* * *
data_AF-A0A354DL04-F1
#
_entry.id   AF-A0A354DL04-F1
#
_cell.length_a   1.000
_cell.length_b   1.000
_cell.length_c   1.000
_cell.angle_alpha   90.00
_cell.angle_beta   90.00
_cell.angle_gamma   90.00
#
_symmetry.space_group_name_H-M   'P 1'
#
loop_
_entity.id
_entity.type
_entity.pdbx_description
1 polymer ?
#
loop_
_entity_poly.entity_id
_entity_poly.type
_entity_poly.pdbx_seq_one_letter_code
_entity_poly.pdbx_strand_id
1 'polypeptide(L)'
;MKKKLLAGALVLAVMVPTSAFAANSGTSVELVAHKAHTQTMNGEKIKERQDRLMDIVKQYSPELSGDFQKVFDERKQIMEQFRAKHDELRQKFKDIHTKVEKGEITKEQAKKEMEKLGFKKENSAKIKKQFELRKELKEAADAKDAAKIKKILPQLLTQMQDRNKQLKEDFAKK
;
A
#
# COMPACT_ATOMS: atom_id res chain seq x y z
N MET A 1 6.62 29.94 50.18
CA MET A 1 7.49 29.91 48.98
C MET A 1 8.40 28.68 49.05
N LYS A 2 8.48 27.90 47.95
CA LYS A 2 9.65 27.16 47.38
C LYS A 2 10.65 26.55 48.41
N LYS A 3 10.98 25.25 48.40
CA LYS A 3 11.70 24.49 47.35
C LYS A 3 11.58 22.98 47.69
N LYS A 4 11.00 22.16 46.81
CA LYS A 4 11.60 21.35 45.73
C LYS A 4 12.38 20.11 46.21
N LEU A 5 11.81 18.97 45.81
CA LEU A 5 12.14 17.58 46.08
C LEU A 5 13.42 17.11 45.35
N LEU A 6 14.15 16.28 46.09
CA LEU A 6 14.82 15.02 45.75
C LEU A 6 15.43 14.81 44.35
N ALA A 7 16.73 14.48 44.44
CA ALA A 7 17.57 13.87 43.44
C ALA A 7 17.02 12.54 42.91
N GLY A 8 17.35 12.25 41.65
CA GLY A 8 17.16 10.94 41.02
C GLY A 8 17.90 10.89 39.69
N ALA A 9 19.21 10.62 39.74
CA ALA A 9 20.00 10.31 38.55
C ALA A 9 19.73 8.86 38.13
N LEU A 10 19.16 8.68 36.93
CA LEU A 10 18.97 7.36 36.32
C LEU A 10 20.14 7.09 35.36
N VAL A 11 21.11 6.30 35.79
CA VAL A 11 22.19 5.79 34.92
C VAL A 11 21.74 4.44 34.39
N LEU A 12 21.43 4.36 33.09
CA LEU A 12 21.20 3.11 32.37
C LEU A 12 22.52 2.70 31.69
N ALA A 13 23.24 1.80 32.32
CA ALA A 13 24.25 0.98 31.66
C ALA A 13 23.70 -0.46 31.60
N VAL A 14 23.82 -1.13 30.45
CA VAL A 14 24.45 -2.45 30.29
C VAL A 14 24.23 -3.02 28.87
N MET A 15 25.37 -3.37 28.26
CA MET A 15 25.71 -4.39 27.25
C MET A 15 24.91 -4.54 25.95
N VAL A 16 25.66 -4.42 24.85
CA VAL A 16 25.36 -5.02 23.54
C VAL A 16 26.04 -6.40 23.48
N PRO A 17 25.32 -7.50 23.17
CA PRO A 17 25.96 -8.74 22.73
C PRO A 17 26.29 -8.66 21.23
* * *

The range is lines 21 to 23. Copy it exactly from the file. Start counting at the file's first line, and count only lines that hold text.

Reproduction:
_entity_poly.entity_id
_entity_poly.type
_entity_poly.pdbx_seq_one_letter_code